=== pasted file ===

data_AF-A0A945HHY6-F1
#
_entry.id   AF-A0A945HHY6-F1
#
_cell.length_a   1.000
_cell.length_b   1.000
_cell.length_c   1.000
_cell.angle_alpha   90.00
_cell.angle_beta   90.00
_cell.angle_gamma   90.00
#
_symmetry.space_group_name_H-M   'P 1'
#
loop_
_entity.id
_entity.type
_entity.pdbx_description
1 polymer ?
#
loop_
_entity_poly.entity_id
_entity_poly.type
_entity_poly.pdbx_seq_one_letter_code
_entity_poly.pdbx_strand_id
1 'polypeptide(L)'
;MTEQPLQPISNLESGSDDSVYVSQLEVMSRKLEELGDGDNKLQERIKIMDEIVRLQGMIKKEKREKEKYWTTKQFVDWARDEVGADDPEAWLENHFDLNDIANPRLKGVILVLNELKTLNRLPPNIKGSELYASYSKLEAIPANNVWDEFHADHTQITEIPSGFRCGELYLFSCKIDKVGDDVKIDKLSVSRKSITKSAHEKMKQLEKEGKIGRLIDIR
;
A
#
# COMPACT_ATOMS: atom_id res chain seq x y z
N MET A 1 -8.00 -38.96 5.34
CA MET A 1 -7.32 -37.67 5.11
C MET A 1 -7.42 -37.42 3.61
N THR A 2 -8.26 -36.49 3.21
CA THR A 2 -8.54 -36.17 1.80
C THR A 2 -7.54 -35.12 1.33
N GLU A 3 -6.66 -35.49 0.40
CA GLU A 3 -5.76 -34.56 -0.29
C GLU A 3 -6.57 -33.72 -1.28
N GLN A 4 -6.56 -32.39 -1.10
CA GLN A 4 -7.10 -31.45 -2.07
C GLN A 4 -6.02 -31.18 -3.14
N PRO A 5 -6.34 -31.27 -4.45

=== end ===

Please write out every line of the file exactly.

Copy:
data_AF-A0A945HHY6-F1
#
_entry.id   AF-A0A945HHY6-F1
#
_cell.length_a   1.000
_cell.length_b   1.000
_cell.length_c   1.000
_cell.angle_alpha   90.00
_cell.angle_beta   90.00
_cell.angle_gamma   90.00
#
_symmetry.space_group_name_H-M   'P 1'
#
loop_
_entity.id
_entity.type
_entity.pdbx_description
1 polymer ?
#
loop_
_entity_poly.entity_id
_entity_poly.type
_entity_poly.pdbx_seq_one_letter_code
_entity_poly.pdbx_strand_id
1 'polypeptide(L)'
;MTEQPLQPISNLESGSDDSVYVSQLEVMSRKLEELGDGDNKLQERIKIMDEIVRLQGMIKKEKREKEKYWTTKQFVDWARDEVGADDPEAWLENHFDLNDIANPRLKGVILVLNELKTLNRLPPNIKGSELYASYSKLEAIPANNVWDEFHADHTQITEIPSGFRCGELYLFSCKIDKVGDDVKIDKLSVSRKSITKSAHEKMKQLEKEGKIGRLIDIR
;
A
#
# COMPACT_ATOMS: atom_id res chain seq x y z
N MET A 1 -8.00 -38.96 5.34
CA MET A 1 -7.32 -37.67 5.11
C MET A 1 -7.42 -37.42 3.61
N THR A 2 -8.26 -36.49 3.21
CA THR A 2 -8.54 -36.17 1.80
C THR A 2 -7.54 -35.12 1.33
N GLU A 3 -6.66 -35.49 0.40
CA GLU A 3 -5.76 -34.56 -0.29
C GLU A 3 -6.57 -33.72 -1.28
N GLN A 4 -6.56 -32.39 -1.10
CA GLN A 4 -7.10 -31.45 -2.07
C GLN A 4 -6.02 -31.18 -3.14
N PRO A 5 -6.34 -31.27 -4.45